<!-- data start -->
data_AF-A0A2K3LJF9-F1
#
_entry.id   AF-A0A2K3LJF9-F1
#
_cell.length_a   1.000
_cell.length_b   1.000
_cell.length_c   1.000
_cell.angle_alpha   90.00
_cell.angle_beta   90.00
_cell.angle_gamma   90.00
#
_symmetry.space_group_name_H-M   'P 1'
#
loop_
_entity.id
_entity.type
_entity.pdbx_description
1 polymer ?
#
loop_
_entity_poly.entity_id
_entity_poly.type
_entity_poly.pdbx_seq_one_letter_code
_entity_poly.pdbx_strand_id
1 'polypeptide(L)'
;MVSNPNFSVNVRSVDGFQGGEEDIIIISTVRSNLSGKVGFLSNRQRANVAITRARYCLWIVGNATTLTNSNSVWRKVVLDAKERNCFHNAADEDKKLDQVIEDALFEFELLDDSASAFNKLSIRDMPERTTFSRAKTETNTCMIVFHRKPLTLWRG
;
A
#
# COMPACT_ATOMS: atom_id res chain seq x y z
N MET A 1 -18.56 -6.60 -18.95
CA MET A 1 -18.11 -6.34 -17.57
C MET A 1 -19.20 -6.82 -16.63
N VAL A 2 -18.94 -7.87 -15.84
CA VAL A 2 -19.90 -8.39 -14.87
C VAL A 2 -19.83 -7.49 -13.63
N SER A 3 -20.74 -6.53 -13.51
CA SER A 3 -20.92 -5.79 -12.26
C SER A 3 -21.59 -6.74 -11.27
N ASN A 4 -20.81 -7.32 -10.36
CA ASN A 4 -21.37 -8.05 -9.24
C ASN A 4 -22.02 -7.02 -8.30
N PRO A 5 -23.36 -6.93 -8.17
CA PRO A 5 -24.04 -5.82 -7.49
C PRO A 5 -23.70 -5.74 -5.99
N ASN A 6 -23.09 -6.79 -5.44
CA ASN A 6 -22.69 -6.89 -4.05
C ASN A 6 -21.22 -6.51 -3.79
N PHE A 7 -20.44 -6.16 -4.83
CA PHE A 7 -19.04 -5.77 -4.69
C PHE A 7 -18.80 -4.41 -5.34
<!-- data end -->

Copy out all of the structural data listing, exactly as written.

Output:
data_AF-A0A2K3LJF9-F1
#
_entry.id   AF-A0A2K3LJF9-F1
#
_cell.length_a   1.000
_cell.length_b   1.000
_cell.length_c   1.000
_cell.angle_alpha   90.00
_cell.angle_beta   90.00
_cell.angle_gamma   90.00
#
_symmetry.space_group_name_H-M   'P 1'
#
loop_
_entity.id
_entity.type
_entity.pdbx_description
1 polymer ?
#
loop_
_entity_poly.entity_id
_entity_poly.type
_entity_poly.pdbx_seq_one_letter_code
_entity_poly.pdbx_strand_id
1 'polypeptide(L)'
;MVSNPNFSVNVRSVDGFQGGEEDIIIISTVRSNLSGKVGFLSNRQRANVAITRARYCLWIVGNATTLTNSNSVWRKVVLDAKERNCFHNAADEDKKLDQVIEDALFEFELLDDSASAFNKLSIRDMPERTTFSRAKTETNTCMIVFHRKPLTLWRG
;
A
#
# COMPACT_ATOMS: atom_id res chain seq x y z
N MET A 1 -18.56 -6.60 -18.95
CA MET A 1 -18.11 -6.34 -17.57
C MET A 1 -19.20 -6.82 -16.63
N VAL A 2 -18.94 -7.87 -15.84
CA VAL A 2 -19.90 -8.39 -14.87
C VAL A 2 -19.83 -7.49 -13.63
N SER A 3 -20.74 -6.53 -13.51
CA SER A 3 -20.92 -5.79 -12.26
C SER A 3 -21.59 -6.74 -11.27
N ASN A 4 -20.81 -7.32 -10.36
CA ASN A 4 -21.37 -8.05 -9.24
C ASN A 4 -22.02 -7.02 -8.30
N PRO A 5 -23.36 -6.93 -8.17
CA PRO A 5 -24.04 -5.82 -7.49
C PRO A 5 -23.70 -5.74 -5.99
N ASN A 6 -23.09 -6.79 -5.44
CA ASN A 6 -22.69 -6.89 -4.05
C ASN A 6 -21.22 -6.51 -3.79
N PHE A 7 -20.44 -6.16 -4.83
CA PHE A 7 -19.04 -5.77 -4.69
C PHE A 7 -18.80 -4.41 -5.34